My morning commute these days takes me through a shopping center; the train lets me off underneath it. It's been Christmas in the mall since the first day of November. That's no surprise. Christmas has become the crutch our retail economy leans on. Many stores run in the red for eleven months and see Christmas put them in the black for the year. A bad year calls for a big Christmas, and a string of bad years calls for bigger and bigger Christmases. If shoppers don't keep finding more and more money for Christmas presents, the whole economy shrinks. It doesn't sound sustainable, but I don't blame local merchants for wanting to start Christmas early and hoping to extend that sweet jolt of retail steroid. We are out of other ideas.
A few weeks ago, an NFL player named Jonathan Martin, offensive left tackle for the Miami Dolphins, walked off the team and sought counseling for emotional health issues. This has led to the suspension of his teammate, the incongruously-named Richie Incognito, on charges of outlandish workplace harassment; an official NFL investigation into the team, now reaching to behavior by the coaches; and the kind of publicity you just can't buy. Plenty of NFL players, sports pundits, and armchair tough guys have denounced the 6'5", 312-pound Martin as soft and weak and proclaimed that outsiders just can't understand what goes on in an NFL locker room. [Read more]
I've been away at an academic conference for nearly a week, leaving blog posts unfinished, e-mail unanswered, and campus office untenanted. I had a wonderful time with a bunch of scholars and actors at the American Shakespeare Center's reproduction of Shakespeare's Blackfriars playhouse. (If you'd like to see some excellent theater, a trip to see the ASC's company in Staunton, Virginia, is a great idea.) But I also bumped up against a small problem that's began to follow me wherever I go professionally: the problem of my (real) name.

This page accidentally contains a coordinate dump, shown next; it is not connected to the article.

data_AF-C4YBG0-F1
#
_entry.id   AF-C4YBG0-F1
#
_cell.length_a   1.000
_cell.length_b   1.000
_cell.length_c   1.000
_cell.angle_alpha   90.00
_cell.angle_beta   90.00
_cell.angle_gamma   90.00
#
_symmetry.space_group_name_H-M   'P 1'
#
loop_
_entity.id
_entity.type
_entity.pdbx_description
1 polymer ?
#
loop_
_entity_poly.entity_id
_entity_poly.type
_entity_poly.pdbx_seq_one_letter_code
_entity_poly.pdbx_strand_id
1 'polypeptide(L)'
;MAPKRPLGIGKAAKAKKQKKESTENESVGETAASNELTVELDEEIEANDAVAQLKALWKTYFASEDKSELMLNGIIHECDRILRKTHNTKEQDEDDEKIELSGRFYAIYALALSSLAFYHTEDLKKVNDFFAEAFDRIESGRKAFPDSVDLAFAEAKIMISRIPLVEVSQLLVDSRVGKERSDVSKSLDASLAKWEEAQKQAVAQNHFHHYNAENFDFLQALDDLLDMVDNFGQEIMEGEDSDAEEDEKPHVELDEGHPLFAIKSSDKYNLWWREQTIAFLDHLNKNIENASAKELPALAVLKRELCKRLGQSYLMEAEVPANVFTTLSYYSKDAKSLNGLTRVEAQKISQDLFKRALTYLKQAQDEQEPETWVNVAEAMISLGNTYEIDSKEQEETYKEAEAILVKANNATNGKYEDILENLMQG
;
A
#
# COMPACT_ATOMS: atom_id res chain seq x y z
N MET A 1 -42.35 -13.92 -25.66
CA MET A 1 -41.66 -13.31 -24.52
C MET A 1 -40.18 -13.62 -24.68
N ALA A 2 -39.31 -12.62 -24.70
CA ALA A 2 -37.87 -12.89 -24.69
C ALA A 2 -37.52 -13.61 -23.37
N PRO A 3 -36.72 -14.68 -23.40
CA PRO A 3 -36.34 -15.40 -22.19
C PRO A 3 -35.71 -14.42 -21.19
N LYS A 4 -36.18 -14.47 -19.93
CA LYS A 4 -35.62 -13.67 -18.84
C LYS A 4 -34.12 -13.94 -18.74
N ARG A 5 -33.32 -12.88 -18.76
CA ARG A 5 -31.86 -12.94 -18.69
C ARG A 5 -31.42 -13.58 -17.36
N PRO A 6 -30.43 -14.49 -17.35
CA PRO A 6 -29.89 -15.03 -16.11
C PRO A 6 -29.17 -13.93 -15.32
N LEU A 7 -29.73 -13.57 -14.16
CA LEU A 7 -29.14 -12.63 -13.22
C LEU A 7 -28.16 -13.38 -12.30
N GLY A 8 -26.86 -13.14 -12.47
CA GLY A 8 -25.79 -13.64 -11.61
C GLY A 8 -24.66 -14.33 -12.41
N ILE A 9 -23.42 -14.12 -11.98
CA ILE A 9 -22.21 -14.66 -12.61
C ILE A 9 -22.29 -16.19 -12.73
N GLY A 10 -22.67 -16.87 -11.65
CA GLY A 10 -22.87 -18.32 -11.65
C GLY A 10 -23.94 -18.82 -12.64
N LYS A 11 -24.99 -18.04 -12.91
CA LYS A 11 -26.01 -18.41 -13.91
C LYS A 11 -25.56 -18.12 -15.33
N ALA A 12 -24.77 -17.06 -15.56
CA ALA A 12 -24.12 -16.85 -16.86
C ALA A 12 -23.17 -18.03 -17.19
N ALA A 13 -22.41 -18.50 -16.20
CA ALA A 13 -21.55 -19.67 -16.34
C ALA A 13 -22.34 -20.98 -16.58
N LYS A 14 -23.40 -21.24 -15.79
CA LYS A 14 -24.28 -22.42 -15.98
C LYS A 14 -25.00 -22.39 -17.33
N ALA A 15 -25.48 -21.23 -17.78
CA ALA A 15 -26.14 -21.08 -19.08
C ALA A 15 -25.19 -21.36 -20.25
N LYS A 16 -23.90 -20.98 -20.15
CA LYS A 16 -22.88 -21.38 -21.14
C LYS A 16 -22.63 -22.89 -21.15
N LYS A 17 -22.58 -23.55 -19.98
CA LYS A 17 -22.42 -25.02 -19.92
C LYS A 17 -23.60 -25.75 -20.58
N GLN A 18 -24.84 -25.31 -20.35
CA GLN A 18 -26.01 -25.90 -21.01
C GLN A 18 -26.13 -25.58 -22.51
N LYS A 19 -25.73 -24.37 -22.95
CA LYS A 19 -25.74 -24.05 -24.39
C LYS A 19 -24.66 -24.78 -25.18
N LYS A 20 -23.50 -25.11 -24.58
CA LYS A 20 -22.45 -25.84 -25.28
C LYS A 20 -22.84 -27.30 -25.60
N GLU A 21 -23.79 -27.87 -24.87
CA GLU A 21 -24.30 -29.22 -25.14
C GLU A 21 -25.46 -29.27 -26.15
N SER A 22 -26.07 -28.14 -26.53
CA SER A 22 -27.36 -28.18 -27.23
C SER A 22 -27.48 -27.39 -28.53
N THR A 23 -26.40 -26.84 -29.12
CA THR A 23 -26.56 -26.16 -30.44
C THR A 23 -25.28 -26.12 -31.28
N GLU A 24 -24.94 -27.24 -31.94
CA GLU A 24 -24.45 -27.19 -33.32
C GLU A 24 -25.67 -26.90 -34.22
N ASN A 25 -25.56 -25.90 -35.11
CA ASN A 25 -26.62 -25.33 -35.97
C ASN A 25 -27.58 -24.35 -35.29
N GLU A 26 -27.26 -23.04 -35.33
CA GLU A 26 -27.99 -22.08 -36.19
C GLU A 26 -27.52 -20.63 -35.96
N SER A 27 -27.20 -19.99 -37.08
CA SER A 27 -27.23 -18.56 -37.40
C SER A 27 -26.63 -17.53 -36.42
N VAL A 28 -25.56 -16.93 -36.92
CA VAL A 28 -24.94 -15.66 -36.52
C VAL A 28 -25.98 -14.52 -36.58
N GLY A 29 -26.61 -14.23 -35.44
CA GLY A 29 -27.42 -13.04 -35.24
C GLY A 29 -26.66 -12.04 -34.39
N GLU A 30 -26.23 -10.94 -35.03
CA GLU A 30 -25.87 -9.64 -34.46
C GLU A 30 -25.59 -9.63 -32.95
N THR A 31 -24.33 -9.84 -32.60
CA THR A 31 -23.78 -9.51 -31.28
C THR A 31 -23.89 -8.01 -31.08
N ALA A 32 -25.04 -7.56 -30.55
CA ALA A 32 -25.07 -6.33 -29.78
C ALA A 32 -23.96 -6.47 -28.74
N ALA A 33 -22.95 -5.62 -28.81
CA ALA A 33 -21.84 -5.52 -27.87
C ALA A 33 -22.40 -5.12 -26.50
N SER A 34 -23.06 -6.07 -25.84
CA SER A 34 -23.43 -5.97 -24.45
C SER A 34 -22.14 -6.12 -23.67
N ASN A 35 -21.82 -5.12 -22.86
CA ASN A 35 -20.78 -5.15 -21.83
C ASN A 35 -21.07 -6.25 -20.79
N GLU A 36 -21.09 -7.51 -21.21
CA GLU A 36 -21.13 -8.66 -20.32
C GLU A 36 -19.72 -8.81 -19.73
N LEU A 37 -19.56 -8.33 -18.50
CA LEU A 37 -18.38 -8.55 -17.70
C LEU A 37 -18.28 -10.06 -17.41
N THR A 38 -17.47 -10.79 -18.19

“A plague on both houses!” I've seen that line from Romeo and Juliet quoted repeatedly for the last two weeks, as pundits and bloggers devoted to “balance” argue that the Democrats and Republicans share the blame for the current budget shutdown and the looming threat of default. The line itself is a cliche, but quoting Shakespeare makes you sound learned, and that is too often the major aim of both-sides-do-it journalism: making the journalist seem wise and above the inconvenient facts of the fray. Shakespeare was a poet, not a pundit, more interested in dramatic complexity than sound bites but if we’re going to mine his plays for lessons, we should remember what we’re quoting. [Read more]
Flavia has a post about her writing process, with many thought-provoking comments from her readers, and Dame Eleanor Hull posts a great deal about the academic writing life. I find that I can't give a clear account of my writing process right now, if by "writing process" we mean my composition process. But I have learned, through difficult trial and error, that I need three things to keep my writing going well:
1. Something accepted but not yet in print.
2. Something submitted but not yet accepted.
Twenty years ago, while I was talking politics with my friend Mike, he said that Reagan's great achievement was what he called "the Nietzschification of the Right." I didn't grasp what he meant at first, since I typically encountered Nietzsche quoted by leftist literary critics. Mike's point was that Reagan had transformed American conservatism from a stodgy, rationalist enterprise into an emotional, charismatic movement like the New Left of the 1960s. Main Street conservatism gave way to Movement Conservatism, founded upon passionate emotion and conviction. I've thought of that conversation a lot over the last two decades, through the rise and fall of Newt Gingrich, the second Bush Presidency, and the flood tide of the Tea Party. [Read more]